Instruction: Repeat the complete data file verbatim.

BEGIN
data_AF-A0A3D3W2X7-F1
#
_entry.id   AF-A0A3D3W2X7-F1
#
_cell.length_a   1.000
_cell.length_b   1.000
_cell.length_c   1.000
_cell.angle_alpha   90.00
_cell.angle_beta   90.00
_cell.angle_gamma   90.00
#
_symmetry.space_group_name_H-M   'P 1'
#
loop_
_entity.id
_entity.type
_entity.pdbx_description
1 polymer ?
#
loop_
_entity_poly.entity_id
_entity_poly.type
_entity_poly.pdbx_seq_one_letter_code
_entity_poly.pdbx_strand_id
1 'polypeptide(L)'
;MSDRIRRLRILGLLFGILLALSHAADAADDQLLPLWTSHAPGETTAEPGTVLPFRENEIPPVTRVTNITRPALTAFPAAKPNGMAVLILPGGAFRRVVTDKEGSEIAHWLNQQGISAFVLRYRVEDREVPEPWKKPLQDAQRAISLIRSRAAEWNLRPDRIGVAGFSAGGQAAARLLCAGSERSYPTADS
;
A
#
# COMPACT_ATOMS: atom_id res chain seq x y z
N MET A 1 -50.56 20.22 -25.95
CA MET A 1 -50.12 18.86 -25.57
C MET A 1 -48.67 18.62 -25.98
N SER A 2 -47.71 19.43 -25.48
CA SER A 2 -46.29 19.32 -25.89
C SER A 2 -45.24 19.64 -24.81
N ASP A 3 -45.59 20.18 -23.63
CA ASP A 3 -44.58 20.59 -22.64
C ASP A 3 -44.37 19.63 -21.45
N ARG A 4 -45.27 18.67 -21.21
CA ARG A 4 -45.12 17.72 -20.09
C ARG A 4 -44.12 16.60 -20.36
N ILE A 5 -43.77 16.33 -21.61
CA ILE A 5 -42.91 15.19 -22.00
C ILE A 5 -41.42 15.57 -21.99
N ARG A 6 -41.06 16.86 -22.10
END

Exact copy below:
data_AF-A0A3D3W2X7-F1
#
_entry.id   AF-A0A3D3W2X7-F1
#
_cell.length_a   1.000
_cell.length_b   1.000
_cell.length_c   1.000
_cell.angle_alpha   90.00
_cell.angle_beta   90.00
_cell.angle_gamma   90.00
#
_symmetry.space_group_name_H-M   'P 1'
#
loop_
_entity.id
_entity.type
_entity.pdbx_description
1 polymer ?
#
loop_
_entity_poly.entity_id
_entity_poly.type
_entity_poly.pdbx_seq_one_letter_code
_entity_poly.pdbx_strand_id
1 'polypeptide(L)'
;MSDRIRRLRILGLLFGILLALSHAADAADDQLLPLWTSHAPGETTAEPGTVLPFRENEIPPVTRVTNITRPALTAFPAAKPNGMAVLILPGGAFRRVVTDKEGSEIAHWLNQQGISAFVLRYRVEDREVPEPWKKPLQDAQRAISLIRSRAAEWNLRPDRIGVAGFSAGGQAAARLLCAGSERSYPTADS
;
A
#
# COMPACT_ATOMS: atom_id res chain seq x y z
N MET A 1 -50.56 20.22 -25.95
CA MET A 1 -50.12 18.86 -25.57
C MET A 1 -48.67 18.62 -25.98
N SER A 2 -47.71 19.43 -25.48
CA SER A 2 -46.29 19.32 -25.89
C SER A 2 -45.24 19.64 -24.81
N ASP A 3 -45.59 20.18 -23.63
CA ASP A 3 -44.58 20.59 -22.64
C ASP A 3 -44.37 19.63 -21.45
N ARG A 4 -45.27 18.67 -21.21
CA ARG A 4 -45.12 17.72 -20.09
C ARG A 4 -44.12 16.60 -20.36
N ILE A 5 -43.77 16.33 -21.61
CA ILE A 5 -42.91 15.19 -22.00
C ILE A 5 -41.42 15.57 -21.99
N ARG A 6 -41.06 16.86 -22.10